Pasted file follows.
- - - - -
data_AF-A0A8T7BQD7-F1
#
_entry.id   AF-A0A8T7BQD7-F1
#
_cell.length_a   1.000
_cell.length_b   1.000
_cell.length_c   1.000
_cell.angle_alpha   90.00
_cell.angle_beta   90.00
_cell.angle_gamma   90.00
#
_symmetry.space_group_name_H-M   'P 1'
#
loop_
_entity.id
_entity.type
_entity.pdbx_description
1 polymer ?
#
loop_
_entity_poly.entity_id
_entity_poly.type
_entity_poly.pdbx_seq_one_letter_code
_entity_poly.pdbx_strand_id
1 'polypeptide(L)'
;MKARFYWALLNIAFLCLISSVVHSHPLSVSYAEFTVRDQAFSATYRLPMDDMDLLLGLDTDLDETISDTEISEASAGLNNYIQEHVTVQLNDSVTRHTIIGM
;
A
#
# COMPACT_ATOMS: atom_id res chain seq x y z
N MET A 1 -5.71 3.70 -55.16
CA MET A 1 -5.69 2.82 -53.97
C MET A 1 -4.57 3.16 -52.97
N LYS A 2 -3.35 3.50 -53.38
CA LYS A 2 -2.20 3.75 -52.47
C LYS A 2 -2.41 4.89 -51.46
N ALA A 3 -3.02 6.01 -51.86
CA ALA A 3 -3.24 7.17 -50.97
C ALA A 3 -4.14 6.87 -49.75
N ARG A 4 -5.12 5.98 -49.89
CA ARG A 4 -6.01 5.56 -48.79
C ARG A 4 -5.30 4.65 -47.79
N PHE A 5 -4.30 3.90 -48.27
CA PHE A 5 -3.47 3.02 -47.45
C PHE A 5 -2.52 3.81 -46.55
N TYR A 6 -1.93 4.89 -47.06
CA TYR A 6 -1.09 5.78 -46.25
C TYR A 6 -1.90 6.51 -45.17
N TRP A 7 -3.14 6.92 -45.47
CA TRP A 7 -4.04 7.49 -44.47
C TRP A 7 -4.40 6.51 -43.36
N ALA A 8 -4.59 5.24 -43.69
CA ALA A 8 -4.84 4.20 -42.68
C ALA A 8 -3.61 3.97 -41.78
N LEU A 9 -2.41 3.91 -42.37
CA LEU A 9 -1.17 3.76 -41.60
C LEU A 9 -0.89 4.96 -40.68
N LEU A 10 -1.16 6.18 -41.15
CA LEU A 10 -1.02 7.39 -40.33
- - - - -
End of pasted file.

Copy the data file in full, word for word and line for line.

data_AF-A0A8T7BQD7-F1
#
_entry.id   AF-A0A8T7BQD7-F1
#
_cell.length_a   1.000
_cell.length_b   1.000
_cell.length_c   1.000
_cell.angle_alpha   90.00
_cell.angle_beta   90.00
_cell.angle_gamma   90.00
#
_symmetry.space_group_name_H-M   'P 1'
#
loop_
_entity.id
_entity.type
_entity.pdbx_description
1 polymer ?
#
loop_
_entity_poly.entity_id
_entity_poly.type
_entity_poly.pdbx_seq_one_letter_code
_entity_poly.pdbx_strand_id
1 'polypeptide(L)'
;MKARFYWALLNIAFLCLISSVVHSHPLSVSYAEFTVRDQAFSATYRLPMDDMDLLLGLDTDLDETISDTEISEASAGLNNYIQEHVTVQLNDSVTRHTIIGM
;
A
#
# COMPACT_ATOMS: atom_id res chain seq x y z
N MET A 1 -5.71 3.70 -55.16
CA MET A 1 -5.69 2.82 -53.97
C MET A 1 -4.57 3.16 -52.97
N LYS A 2 -3.35 3.50 -53.38
CA LYS A 2 -2.20 3.75 -52.47
C LYS A 2 -2.41 4.89 -51.46
N ALA A 3 -3.02 6.01 -51.86
CA ALA A 3 -3.24 7.17 -50.97
C ALA A 3 -4.14 6.87 -49.75
N ARG A 4 -5.12 5.98 -49.89
CA ARG A 4 -6.01 5.56 -48.79
C ARG A 4 -5.30 4.65 -47.79
N PHE A 5 -4.30 3.90 -48.27
CA PHE A 5 -3.47 3.02 -47.45
C PHE A 5 -2.52 3.81 -46.55
N TYR A 6 -1.93 4.89 -47.06
CA TYR A 6 -1.09 5.78 -46.25
C TYR A 6 -1.90 6.51 -45.17
N TRP A 7 -3.14 6.92 -45.47
CA TRP A 7 -4.04 7.49 -44.47
C TRP A 7 -4.40 6.51 -43.36
N ALA A 8 -4.59 5.24 -43.69
CA ALA A 8 -4.84 4.20 -42.68
C ALA A 8 -3.61 3.97 -41.78
N LEU A 9 -2.41 3.91 -42.37
CA LEU A 9 -1.17 3.76 -41.60
C LEU A 9 -0.89 4.96 -40.68
N LEU A 10 -1.16 6.18 -41.15
CA LEU A 10 -1.02 7.39 -40.33